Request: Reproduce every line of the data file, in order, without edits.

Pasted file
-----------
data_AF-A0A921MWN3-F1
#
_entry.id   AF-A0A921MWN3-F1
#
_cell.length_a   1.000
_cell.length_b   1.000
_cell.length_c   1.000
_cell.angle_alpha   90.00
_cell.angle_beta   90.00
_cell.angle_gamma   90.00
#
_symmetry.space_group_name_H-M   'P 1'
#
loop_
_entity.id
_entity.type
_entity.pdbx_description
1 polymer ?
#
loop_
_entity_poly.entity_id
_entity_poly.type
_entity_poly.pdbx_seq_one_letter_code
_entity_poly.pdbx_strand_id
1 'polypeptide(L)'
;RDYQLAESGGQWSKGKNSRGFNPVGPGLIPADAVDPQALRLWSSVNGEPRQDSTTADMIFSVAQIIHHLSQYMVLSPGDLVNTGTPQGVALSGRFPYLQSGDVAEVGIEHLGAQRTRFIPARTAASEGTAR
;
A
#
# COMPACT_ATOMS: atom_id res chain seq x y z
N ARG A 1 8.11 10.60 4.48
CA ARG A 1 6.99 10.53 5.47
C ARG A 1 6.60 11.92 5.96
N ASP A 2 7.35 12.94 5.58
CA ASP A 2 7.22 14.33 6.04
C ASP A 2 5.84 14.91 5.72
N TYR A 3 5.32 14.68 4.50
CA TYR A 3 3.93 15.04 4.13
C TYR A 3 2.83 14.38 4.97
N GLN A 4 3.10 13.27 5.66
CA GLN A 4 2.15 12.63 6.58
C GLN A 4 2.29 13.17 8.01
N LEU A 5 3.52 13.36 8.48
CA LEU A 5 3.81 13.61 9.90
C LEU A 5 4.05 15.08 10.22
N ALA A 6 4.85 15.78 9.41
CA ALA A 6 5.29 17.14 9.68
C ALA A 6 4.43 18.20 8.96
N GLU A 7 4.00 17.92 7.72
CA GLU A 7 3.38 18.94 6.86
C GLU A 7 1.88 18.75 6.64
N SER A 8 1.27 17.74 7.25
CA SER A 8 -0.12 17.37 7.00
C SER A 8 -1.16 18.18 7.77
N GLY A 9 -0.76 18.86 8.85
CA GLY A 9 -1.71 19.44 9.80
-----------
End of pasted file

data_AF-A0A921MWN3-F1
#
_entry.id   AF-A0A921MWN3-F1
#
_cell.length_a   1.000
_cell.length_b   1.000
_cell.length_c   1.000
_cell.angle_alpha   90.00
_cell.angle_beta   90.00
_cell.angle_gamma   90.00
#
_symmetry.space_group_name_H-M   'P 1'
#
loop_
_entity.id
_entity.type
_entity.pdbx_description
1 polymer ?
#
loop_
_entity_poly.entity_id
_entity_poly.type
_entity_poly.pdbx_seq_one_letter_code
_entity_poly.pdbx_strand_id
1 'polypeptide(L)'
;RDYQLAESGGQWSKGKNSRGFNPVGPGLIPADAVDPQALRLWSSVNGEPRQDSTTADMIFSVAQIIHHLSQYMVLSPGDLVNTGTPQGVALSGRFPYLQSGDVAEVGIEHLGAQRTRFIPARTAASEGTAR
;
A
#
# COMPACT_ATOMS: atom_id res chain seq x y z
N ARG A 1 8.11 10.60 4.48
CA ARG A 1 6.99 10.53 5.47
C ARG A 1 6.60 11.92 5.96
N ASP A 2 7.35 12.94 5.58
CA ASP A 2 7.22 14.33 6.04
C ASP A 2 5.84 14.91 5.72
N TYR A 3 5.32 14.68 4.50
CA TYR A 3 3.93 15.04 4.13
C TYR A 3 2.83 14.38 4.97
N GLN A 4 3.10 13.27 5.66
CA GLN A 4 2.15 12.63 6.58
C GLN A 4 2.29 13.17 8.01
N LEU A 5 3.52 13.36 8.48
CA LEU A 5 3.81 13.61 9.90
C LEU A 5 4.05 15.08 10.22
N ALA A 6 4.85 15.78 9.41
CA ALA A 6 5.29 17.14 9.68
C ALA A 6 4.43 18.20 8.96
N GLU A 7 4.00 17.92 7.72
CA GLU A 7 3.38 18.94 6.86
C GLU A 7 1.88 18.75 6.64
N SER A 8 1.27 17.74 7.25
CA SER A 8 -0.12 17.37 7.00
C SER A 8 -1.16 18.18 7.77
N GLY A 9 -0.76 18.86 8.85
CA GLY A 9 -1.71 19.44 9.80